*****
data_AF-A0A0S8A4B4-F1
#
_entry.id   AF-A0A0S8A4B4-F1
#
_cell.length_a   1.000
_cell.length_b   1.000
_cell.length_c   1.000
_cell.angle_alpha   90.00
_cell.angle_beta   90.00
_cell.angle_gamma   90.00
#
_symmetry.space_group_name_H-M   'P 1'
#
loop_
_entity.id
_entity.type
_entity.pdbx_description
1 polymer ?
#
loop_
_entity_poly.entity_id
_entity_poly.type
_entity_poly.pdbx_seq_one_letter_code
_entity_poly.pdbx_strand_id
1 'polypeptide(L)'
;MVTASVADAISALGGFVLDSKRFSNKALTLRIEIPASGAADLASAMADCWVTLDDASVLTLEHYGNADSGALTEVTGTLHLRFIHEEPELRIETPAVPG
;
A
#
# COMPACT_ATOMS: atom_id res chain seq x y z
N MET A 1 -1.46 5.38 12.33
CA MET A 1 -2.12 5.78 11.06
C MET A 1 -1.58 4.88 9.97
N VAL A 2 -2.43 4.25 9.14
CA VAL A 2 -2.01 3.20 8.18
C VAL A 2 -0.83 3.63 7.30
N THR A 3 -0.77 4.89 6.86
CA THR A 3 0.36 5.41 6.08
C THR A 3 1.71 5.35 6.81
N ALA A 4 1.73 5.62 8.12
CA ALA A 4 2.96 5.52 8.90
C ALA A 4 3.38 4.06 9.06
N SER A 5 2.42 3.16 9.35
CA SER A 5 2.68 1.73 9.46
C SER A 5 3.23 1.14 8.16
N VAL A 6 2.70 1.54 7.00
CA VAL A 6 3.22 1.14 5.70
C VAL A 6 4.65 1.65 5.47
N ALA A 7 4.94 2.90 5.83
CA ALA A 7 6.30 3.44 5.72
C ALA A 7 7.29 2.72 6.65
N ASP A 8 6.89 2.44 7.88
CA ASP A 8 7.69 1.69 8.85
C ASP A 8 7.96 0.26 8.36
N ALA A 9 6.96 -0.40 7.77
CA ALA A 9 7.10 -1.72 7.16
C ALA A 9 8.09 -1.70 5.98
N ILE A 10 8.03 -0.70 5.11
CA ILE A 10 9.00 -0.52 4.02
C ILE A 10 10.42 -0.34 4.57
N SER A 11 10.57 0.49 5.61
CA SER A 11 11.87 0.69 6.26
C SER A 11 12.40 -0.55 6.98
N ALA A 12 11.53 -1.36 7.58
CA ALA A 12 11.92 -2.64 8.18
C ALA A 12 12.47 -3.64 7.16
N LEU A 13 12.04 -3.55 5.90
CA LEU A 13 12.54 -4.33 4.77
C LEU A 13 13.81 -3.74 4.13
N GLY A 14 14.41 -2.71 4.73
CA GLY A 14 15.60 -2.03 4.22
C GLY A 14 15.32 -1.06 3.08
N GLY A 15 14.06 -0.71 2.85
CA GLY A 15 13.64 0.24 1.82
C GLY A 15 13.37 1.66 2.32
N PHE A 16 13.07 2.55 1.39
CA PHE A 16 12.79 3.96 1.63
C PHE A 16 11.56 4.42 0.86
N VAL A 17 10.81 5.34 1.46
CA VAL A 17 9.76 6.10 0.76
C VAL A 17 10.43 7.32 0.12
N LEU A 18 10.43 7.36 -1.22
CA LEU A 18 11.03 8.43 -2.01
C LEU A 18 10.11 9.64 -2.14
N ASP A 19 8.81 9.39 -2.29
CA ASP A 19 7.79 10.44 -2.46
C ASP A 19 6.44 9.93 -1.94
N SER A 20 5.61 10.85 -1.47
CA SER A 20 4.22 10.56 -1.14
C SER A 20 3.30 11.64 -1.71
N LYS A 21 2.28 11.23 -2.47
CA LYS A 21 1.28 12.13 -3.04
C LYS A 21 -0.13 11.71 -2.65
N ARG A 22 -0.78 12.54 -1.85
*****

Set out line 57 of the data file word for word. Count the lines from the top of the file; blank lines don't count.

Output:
C ALA A 9 8.09 -1.70 5.98